Tate & Lyle PLC (Tate & Lyle), a leading global provider of food and beverage solutions and ingredients, recently hosted customers from across Europe at a nutrition science seminar where company scientists explained the important role fiber plays in a healthy diet.
Technical, R&D, and business development representatives from multinational and regional food and beverage businesses came together in London, UK, over two days to learn how to enrich their products and reduce sugar and calories.
Tate & Lyle’s scientists and regulatory specialists explained how manufacturers can overcome formulation challenges and take winning products increasingly sought out by consumers to market. Attendees sampled prototypes enriched with Tate & Lyle fibers.
Dr. Kavita Karnik, director of global nutrition at Tate & Lyle, said: “We need to talk about fiber; intakes in the UK are worryingly low, which is a major own goal for public health. With its association with digestive regularity, fiber may have an ‘uncool’ reputation, but experts agree that it is one of the most beneficial nutrients that people can add to their diet. As well as supporting digestive regularity, fibers offer a host of health benefits, helping to reduce cholesterol, improve blood glucose response, and enhance calcium absorption. High-fiber diets are also associated with a reduced risk of colorectal cancer and type 2 diabetes.”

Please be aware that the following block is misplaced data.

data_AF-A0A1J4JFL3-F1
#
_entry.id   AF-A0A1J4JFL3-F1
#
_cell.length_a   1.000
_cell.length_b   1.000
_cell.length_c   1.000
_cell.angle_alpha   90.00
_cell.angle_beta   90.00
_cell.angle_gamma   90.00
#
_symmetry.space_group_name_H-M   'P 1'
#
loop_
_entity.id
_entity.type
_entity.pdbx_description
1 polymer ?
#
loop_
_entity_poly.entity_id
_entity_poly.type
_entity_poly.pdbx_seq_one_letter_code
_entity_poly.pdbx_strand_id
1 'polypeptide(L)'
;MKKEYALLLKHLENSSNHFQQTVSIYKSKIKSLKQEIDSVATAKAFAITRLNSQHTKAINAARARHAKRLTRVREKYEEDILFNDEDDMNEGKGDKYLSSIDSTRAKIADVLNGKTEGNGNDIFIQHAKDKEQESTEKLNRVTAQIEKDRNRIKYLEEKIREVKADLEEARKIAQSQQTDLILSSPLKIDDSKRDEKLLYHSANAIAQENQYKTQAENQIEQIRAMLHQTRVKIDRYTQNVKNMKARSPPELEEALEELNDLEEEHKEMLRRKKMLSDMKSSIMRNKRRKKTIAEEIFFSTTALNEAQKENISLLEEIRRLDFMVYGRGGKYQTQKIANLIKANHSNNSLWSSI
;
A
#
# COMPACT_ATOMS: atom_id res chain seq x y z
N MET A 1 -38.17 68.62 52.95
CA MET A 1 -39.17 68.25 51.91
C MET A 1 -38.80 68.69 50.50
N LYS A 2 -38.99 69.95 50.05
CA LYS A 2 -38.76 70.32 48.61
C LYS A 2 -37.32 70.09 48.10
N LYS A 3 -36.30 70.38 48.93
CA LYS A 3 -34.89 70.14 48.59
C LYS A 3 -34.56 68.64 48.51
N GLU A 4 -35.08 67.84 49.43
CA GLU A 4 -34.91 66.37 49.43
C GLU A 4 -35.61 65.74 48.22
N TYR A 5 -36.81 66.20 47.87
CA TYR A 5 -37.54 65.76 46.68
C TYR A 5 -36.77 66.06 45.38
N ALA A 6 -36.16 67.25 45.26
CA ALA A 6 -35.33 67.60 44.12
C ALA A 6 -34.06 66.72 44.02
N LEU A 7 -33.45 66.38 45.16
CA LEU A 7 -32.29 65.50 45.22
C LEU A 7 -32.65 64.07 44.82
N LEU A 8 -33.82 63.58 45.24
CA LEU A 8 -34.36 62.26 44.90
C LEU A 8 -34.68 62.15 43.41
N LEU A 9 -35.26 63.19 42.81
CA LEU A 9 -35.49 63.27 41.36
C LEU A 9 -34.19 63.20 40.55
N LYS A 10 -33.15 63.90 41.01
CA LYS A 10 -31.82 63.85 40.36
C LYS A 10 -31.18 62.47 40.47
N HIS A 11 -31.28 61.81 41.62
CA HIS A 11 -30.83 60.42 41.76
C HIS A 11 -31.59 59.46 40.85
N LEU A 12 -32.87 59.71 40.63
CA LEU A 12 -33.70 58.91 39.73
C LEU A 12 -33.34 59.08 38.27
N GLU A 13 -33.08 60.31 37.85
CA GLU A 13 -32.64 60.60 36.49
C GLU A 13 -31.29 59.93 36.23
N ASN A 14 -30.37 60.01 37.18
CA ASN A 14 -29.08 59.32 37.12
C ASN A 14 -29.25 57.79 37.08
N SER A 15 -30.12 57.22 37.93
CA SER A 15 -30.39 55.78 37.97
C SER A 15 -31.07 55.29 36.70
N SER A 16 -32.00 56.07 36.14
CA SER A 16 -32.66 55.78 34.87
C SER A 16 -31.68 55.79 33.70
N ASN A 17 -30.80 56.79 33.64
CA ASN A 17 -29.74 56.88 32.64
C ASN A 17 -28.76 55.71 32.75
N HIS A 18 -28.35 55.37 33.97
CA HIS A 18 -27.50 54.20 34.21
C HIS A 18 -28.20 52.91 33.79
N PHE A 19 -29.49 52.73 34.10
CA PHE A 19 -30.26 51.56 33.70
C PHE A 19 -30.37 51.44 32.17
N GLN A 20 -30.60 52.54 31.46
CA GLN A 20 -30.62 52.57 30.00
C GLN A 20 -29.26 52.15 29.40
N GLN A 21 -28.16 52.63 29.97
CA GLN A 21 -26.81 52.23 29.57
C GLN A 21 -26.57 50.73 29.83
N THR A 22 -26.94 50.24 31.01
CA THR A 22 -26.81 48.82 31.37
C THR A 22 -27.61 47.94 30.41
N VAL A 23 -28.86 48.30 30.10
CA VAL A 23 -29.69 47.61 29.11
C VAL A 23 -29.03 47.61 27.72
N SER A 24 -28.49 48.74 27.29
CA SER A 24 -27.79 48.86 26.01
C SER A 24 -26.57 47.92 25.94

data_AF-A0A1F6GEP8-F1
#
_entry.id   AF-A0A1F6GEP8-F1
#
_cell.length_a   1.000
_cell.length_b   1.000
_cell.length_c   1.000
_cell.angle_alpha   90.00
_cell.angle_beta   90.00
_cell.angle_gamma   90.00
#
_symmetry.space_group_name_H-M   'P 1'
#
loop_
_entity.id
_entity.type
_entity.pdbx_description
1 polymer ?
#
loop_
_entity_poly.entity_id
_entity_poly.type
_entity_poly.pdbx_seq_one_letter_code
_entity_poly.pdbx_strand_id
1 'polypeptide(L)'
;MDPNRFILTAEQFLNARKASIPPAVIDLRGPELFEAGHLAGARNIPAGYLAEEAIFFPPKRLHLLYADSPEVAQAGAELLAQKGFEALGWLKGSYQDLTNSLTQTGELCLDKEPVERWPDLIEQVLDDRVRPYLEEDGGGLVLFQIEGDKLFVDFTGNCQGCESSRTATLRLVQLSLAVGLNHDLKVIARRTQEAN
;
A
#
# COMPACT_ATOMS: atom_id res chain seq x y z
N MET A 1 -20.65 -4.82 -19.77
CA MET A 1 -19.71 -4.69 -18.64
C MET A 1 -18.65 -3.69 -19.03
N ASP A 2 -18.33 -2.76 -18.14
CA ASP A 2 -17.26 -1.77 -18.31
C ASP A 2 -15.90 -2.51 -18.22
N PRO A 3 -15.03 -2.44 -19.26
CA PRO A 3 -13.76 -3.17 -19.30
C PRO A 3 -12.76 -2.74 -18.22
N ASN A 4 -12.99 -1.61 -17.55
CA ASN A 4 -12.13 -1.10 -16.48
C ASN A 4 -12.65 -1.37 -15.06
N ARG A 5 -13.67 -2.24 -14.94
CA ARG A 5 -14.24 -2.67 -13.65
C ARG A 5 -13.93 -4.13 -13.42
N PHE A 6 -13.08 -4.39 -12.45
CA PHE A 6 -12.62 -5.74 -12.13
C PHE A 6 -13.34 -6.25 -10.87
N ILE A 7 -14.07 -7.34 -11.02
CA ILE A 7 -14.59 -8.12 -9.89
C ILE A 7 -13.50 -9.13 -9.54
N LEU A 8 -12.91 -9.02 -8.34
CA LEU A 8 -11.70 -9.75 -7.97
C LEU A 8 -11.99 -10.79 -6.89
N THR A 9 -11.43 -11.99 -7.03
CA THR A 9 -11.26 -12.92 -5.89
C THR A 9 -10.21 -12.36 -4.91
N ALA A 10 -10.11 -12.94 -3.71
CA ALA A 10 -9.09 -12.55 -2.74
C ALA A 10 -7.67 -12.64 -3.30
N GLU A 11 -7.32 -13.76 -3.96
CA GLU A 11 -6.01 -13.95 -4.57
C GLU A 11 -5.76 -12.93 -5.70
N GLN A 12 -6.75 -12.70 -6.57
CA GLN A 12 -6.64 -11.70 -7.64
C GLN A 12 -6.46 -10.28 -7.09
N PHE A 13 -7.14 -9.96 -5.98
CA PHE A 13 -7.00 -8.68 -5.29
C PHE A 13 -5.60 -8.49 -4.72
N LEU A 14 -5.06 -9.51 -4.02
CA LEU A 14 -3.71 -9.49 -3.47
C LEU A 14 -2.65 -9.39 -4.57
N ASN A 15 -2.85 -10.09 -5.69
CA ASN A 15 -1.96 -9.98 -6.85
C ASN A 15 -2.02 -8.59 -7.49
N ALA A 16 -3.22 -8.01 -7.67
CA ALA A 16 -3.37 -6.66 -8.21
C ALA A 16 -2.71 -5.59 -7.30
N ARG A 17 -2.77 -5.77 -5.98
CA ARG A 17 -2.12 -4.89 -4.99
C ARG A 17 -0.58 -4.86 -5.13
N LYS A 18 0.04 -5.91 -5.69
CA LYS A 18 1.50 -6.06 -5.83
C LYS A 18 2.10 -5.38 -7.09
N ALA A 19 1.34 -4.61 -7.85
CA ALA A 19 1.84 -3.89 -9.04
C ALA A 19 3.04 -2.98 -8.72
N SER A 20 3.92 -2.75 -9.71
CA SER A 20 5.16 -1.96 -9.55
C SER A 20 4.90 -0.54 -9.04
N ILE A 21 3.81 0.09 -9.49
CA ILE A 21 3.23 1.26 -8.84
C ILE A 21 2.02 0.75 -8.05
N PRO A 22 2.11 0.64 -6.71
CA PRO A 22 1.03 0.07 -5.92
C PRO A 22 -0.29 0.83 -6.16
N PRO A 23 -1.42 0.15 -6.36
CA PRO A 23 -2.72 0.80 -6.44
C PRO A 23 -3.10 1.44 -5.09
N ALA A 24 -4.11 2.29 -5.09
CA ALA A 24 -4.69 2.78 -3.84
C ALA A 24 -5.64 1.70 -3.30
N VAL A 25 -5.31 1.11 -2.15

Dr. Karnik also adds that the global sugar reduction drive has undoubtedly accelerated reformulation, with manufacturers turning to fiber to replace bulk in sugar-reduced recipes. “However, awareness in the industry of fiber’s health benefits, while growing, remains relatively low. More dialogue can really help to address this “fiber gap” in the national diet,” she says.
A buyer at a multinational branded food manufacturer who attended the event commented: “We talk generally about fiber being a ‘good’ nutrient, but now I am clearer on the reasons why they’re beneficial and the studies showing this, which is really helpful. The explanation around the nutrition makes more sense now.”
A development technologist at a multinational own-label fresh prepared food manufacturer added: “Fiber has never been a major part of our consumer research thinking. We had not realized that consumers think about fiber in their diet to the extent that Tate & Lyle’s market research shows. Hopefully, we can use the information from this event to trial Tate & Lyle’s fibers in our products and show our retailer customers how they can help them achieve their nutrition goals.”